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Wisconsin's fisheries biologists got a wake-up call about 12 years when the state fishing license sales had reached a plateau despite the fact the population was growing. Given Wisconsin's array of fishing opportunities, we sensed that if we started losing anglers, we also might lose a group of people who care about protecting streams, lakes, rivers and the Great Lakes, as well as a source of funding to manage and protect those resources.
"The angler education program was started to reaffirm and revitalize fishing as worthwhile leisure for family and friends," notes Theresa Stabo, the state's aquatic resources education director. "Fishing can be a solitary pursuit but also can be very social. People who are connected to the resource usually have a stronger commitment to protecting it. Fishing is one way to make that connection."
Also, fishing is a lifetime sport.
While DNR programs aim to introduce all ages to the joys of fishing and the wonders in lakes and streams, a priority is encouraging young people to become lifelong anglers and resource stewards.
One challenge fishing faces, though, is intense competition for children's time.
"Fishing competes with Nintendo, piano lessons, soccer and lots of other interests," Stabo notes.
So we need to make sure that the Angler Education Program is fun as well as educational. The goal is to introduce kids not only to fishing, but to get them outside again.
Adults who take youth fishing learn that angling provides time to talk about school, social issues and family matters as well as the environment. Fishing reconnects people not only with aquatic resources, but with each other.
DNR loans fishing equipment for free at 30 offices, state parks
Angling education programs help kids and adults experience the joy of fishing.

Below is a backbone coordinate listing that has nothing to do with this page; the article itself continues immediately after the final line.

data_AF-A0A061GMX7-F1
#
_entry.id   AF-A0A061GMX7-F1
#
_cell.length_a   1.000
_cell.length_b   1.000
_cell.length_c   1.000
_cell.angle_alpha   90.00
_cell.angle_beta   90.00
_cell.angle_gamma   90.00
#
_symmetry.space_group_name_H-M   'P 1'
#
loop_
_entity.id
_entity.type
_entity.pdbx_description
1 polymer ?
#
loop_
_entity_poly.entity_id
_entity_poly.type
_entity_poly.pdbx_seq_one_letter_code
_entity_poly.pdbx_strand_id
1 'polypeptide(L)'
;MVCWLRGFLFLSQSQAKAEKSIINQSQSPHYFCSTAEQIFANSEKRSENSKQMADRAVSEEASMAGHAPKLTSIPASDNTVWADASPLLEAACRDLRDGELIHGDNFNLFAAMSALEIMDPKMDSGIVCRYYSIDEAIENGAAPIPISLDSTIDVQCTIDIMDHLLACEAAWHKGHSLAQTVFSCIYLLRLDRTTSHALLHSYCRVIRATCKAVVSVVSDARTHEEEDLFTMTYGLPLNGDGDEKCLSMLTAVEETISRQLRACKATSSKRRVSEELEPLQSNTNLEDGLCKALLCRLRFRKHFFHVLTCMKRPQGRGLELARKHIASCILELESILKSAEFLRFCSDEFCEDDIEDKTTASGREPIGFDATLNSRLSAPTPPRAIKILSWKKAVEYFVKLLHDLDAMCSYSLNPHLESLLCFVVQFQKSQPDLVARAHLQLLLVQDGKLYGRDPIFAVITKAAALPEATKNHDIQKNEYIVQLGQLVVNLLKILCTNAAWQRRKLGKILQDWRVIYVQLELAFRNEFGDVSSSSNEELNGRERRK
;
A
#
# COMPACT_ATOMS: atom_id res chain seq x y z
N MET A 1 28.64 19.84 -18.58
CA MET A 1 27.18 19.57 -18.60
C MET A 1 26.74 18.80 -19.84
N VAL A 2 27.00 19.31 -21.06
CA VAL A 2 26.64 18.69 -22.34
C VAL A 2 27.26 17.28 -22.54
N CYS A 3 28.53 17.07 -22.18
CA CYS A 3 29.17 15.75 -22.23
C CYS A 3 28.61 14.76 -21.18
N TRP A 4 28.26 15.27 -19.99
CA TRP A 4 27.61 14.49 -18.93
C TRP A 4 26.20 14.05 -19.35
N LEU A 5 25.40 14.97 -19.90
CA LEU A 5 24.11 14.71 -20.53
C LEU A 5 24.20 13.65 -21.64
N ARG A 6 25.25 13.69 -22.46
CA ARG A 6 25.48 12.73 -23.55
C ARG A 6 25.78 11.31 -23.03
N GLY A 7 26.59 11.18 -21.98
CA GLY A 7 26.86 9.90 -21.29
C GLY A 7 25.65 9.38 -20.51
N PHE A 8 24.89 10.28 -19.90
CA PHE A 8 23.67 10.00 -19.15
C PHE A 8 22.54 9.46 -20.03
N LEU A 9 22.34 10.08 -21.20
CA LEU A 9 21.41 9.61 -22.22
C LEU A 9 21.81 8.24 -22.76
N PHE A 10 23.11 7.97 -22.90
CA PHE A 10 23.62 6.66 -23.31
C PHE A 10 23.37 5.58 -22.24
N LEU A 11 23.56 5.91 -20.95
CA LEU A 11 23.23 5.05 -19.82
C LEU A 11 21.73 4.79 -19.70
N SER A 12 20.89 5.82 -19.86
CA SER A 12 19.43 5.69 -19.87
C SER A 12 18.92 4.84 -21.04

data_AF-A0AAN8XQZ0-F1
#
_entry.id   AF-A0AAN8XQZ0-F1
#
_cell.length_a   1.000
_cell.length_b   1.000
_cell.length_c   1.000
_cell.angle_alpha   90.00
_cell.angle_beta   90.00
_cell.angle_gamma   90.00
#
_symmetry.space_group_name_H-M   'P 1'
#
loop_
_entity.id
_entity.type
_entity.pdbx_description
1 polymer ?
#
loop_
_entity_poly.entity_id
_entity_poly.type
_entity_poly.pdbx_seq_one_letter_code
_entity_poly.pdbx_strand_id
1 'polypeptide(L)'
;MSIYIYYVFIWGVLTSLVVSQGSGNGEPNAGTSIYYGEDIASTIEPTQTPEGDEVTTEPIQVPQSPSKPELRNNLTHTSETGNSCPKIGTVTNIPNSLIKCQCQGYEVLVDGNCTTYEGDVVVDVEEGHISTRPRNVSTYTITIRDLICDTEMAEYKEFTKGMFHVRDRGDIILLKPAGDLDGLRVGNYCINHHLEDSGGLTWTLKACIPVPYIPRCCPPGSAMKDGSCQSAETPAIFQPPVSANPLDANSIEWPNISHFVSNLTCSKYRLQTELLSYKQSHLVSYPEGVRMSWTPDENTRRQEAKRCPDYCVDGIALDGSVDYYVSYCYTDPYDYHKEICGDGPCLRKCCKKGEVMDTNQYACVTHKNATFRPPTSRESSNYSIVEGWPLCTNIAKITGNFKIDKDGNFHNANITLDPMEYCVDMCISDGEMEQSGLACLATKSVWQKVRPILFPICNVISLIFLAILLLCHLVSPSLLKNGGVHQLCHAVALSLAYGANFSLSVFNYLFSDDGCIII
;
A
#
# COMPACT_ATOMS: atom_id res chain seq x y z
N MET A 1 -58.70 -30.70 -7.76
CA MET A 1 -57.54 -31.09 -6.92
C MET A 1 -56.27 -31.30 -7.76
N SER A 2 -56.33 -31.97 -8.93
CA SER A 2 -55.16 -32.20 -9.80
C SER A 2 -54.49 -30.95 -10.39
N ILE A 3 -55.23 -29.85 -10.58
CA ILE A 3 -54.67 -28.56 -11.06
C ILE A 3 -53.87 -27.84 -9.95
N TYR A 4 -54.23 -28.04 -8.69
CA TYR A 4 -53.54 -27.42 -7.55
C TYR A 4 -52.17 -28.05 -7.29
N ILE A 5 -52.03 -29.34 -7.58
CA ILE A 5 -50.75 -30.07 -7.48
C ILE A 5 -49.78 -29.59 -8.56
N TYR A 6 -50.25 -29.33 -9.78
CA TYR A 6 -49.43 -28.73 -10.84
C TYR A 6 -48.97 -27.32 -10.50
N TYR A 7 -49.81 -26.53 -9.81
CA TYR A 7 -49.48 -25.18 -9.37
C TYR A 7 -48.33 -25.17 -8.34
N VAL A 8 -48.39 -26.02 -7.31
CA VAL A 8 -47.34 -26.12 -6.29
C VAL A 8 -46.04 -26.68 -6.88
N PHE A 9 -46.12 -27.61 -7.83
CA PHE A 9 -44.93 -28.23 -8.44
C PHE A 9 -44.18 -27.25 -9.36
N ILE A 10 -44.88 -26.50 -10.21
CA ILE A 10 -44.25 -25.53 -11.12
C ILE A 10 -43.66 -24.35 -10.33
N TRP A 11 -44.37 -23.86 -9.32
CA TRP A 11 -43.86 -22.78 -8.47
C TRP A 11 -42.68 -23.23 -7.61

On Free Fishing Weekend people fish for free the first Saturday and Sunday in June. Many state parks offer special fishing programs that weekend so anglers are encouraged to invite their non-angling friends out for a fishing picnic, Stabo notes.
The DNR Tackle Loaner Program provides fishing equipment at 30 sites in Wisconsin. There is no charge to borrow the equipment. Groups may borrow equipment for up to one week from regional DNR offices. Parks have their own arrangements. Call (608) 266-2272 or see the DNR website to learn about the tackle loaner site closest to you.
The Hooked on Wisconsin Anglers Club acknowledges diverse angling opportunities and recognizes outstanding sportfishing catches and releases in Wisconsin.
In 1985, the state launched an urban fishing program by stocking Milwaukee County park lagoons and other urban waters in southeast Wisconsin. The DNR's urban fishing coordinator visits schools and other groups to discuss the program. To goal is to help urban residents appreciate the aquatic resources in their backyards.
In 1997, staff in the DNR Alma office started The Reel Kid's Klub for kids ages 10–17. Chapter members hold monthly meetings, fish and take field trips. Guest speakers share fishing skills and talk about fishing safety, aquatic plants, ancient fishes of Wisconsin. The Angler Education Program complements other programs offered by DNR, University of Wisconsin-Extension and national organizations.
Many DNR staff statewide also enjoy giving presentations to share how their jobs fit into the big picture. Randy Larson, fish propagation supervisor for the Wild Rose Fish Hatchery, gives many presentations each year.
"I enjoy doing this very much and get really excited when I see all those eager and excited looks in the eyes of the young boys and girls," Larson says.
For more information about the state's aquatic education program e-mail Theresa Stabo or call (608) 266-2272.